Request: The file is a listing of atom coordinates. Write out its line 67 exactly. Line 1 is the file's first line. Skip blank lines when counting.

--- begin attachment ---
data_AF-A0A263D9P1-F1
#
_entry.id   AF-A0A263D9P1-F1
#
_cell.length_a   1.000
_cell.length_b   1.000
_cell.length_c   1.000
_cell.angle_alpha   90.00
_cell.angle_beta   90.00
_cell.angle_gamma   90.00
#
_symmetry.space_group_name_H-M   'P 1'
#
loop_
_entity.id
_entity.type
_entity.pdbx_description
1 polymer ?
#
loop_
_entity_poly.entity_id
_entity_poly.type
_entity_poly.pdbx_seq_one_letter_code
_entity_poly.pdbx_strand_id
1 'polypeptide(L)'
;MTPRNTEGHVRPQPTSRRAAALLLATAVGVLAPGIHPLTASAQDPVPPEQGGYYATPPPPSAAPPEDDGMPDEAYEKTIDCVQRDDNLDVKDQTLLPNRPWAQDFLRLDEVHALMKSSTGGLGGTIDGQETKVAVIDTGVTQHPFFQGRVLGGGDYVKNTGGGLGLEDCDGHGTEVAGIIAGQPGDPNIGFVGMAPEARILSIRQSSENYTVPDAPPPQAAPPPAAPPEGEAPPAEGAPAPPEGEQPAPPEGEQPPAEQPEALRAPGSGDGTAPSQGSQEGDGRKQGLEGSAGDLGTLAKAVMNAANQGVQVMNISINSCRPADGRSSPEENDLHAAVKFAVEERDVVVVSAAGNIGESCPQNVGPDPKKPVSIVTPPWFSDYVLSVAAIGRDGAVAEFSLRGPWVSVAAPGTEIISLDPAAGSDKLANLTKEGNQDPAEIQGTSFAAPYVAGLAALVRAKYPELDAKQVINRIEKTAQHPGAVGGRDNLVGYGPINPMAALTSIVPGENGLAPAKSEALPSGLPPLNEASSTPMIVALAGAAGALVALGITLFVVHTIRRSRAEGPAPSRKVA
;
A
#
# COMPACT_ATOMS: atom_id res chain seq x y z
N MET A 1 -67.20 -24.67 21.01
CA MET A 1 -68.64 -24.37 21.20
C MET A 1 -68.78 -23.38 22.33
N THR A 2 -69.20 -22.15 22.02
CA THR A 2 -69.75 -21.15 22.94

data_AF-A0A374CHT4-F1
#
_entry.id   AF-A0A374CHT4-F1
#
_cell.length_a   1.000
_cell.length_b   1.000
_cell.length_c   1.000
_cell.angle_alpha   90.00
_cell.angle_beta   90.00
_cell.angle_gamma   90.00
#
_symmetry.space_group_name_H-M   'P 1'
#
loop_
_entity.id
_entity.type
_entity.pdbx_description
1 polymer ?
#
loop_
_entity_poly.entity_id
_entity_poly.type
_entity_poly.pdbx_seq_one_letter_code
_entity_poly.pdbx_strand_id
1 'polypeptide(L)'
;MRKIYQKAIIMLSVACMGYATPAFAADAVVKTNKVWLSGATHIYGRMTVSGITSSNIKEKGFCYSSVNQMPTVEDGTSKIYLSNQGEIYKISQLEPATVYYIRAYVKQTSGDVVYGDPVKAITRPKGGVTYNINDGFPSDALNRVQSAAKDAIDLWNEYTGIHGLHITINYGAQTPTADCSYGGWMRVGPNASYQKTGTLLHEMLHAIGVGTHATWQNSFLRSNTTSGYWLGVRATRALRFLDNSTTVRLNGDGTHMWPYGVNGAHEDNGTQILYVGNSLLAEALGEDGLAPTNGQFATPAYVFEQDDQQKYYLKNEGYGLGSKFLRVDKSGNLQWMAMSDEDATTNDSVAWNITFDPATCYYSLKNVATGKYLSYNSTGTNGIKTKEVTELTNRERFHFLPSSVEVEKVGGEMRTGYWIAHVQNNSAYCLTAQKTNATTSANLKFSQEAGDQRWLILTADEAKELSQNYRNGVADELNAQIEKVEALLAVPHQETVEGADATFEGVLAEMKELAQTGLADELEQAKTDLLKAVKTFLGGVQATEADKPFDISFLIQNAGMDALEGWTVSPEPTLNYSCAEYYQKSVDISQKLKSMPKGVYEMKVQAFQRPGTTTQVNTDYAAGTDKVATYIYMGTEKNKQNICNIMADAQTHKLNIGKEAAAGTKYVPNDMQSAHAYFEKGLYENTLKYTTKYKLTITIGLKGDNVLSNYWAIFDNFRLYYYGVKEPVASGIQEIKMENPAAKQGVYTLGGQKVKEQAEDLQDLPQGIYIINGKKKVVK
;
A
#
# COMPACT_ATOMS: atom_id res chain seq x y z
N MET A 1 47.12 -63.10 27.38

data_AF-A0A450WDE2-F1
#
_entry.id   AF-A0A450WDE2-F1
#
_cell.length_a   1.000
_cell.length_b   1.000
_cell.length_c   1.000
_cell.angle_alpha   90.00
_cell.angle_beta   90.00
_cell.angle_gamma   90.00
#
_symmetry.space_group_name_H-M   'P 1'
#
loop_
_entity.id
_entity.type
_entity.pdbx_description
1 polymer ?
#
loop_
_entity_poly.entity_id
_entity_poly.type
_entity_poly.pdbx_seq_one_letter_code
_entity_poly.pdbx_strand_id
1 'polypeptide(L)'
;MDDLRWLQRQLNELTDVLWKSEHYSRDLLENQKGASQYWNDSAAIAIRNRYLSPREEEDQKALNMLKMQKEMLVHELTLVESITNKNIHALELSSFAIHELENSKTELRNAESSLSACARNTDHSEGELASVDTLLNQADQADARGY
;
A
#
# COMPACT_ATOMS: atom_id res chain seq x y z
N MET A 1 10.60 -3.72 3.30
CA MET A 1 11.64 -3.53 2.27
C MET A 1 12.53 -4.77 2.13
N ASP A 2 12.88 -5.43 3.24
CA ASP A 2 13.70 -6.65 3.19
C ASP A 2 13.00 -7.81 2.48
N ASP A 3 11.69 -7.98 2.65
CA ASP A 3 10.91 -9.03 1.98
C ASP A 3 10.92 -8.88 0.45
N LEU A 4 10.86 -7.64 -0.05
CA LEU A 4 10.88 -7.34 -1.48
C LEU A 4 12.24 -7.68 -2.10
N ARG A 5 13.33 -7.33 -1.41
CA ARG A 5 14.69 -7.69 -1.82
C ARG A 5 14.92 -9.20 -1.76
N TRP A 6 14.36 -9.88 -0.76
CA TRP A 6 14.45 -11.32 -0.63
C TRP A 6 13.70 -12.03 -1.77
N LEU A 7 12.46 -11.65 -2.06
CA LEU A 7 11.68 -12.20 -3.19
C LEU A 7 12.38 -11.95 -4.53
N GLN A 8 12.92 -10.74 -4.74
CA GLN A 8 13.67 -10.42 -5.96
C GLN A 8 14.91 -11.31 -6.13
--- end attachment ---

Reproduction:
data_AF-A0A450WDE2-F1